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The annual percentage rate (APR) on a credit card is the total cost of the credit to you. The periodic interest rate that the issuer applies to your outstanding credit card balance to arrive at your finance charge for a billing period is essentially your APR for that period. Most credit card issuers charge cardholders a variable interest rate based on the prime rate, which is the rate that banks charge creditworthy corporate customers and is linked to the Federal Reserve’s key benchmark policy tool, the federal funds rate.
Issuers tack on a margin to this prime rate, which serves as a base rate, to set interest rates for credit card users. The prime rate has been going up as the Fed changed its interest rate policy. Since March 2022, the Fed has raised its target interest rate 11 times. The Fed maintained its target interest rate in the 5.25 percent to 5.5 percent range at its January 2024 meeting. And it seems the Fed is done raising rates in this cycle and is likely to start bringing down its target rate later in 2024, according to Federal Reserve Chairman Jerome Powell’s prepared remarks following the Fed’s January meeting.
For now, though, the central bank is not quite done in its battle against inflation, and rates will continue at the current high levels for the time being. This has the ripple-down effect of holding your credit card interest rates at current high levels too.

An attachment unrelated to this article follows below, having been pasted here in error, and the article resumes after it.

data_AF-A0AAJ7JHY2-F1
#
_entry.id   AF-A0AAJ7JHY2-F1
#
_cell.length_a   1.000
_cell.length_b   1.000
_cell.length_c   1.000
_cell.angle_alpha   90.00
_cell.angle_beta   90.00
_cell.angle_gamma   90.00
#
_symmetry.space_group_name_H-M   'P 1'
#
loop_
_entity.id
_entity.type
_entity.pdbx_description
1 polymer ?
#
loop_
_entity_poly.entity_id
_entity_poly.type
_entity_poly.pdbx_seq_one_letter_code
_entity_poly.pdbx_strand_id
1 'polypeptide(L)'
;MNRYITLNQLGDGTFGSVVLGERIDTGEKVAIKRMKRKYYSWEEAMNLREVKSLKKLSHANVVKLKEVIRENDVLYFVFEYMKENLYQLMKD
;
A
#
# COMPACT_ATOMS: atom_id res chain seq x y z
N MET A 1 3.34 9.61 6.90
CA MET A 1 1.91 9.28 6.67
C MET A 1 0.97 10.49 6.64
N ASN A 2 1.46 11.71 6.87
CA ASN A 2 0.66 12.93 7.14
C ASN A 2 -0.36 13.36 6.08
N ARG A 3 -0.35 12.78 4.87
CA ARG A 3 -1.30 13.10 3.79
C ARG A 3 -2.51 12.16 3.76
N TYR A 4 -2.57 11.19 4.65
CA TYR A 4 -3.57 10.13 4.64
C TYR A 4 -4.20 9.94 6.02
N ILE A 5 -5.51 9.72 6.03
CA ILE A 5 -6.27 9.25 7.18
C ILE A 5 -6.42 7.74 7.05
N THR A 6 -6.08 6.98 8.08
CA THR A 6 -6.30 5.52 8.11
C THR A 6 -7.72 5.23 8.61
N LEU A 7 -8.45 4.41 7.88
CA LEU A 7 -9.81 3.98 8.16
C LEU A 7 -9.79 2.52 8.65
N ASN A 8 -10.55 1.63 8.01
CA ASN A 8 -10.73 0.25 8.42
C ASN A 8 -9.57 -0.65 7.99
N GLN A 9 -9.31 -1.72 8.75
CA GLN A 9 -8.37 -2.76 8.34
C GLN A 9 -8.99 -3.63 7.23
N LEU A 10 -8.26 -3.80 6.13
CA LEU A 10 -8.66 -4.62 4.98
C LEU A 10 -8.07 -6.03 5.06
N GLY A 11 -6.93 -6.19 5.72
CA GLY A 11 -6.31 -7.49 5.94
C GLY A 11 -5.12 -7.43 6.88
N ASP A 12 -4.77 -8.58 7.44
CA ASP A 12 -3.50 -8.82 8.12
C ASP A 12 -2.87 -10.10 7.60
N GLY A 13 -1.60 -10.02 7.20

A series of rate hikes
The Federal Reserve has taken up its target interest rate several times since March 2022. Beginning with a 0.25 percent increase in March 2022, the first rate increase in nearly four years, the Fed followed up by increasing it 0.50 percent at its May 2022 meeting. For June, July, September and November 2022, the Fed raised its target rate by 75 basis points at each of these meetings, as it aimed to tackle inflation and also end its coronavirus-related stimulus efforts. And in December 2022, the Fed moderated its rate hike to 0.50 percent.
In February, March, May and July 2023, the Fed continued with its moderation, going for an increase of 25 basis points at each of these meetings. At its June, September, November and December 2023 meetings, as well as in January 2024, the Fed held off on a rate increase, while it watched to see the economic impact of its earlier actions.
How Federal Reserve policy works
The target federal funds rate is the rate at which the Fed desires banks to lend money short-term to each other. The Fed aims for this rate, rather than explicitly setting it. That’s why it’s a target rate.
During times when the central bank wants to boost the economy, it aims to keep lending costs low. A low interest rate regimen started in 2019 as concerns about a global slowdown ensued. This rate-cutting action continued as the pandemic hit in 2020, causing the Fed to take down its target rate to a 0 percent to 0.25 percent range.
The Fed also takes other measures, such as buying securities, when it wants to release more money into the economy and lower interest rates. The Fed engaged in such “quantitative easing” or bond buying to boost the economy during the recession that started in December 2007 after the housing market collapse impacted the global financial system. Its target rate went down to the 0 percent to 0.25 percent range back then, too. It slowly started to raise rates beginning in December 2015.
More recently, the Fed has been taking measures to make credit more costly and fight inflation with its higher target interest rates. It is also selling off securities that are on its balance sheet, in so-called “quantitative tightening,” in order to reduce the money supply and slow down the economy.
Why are credit card rates so high?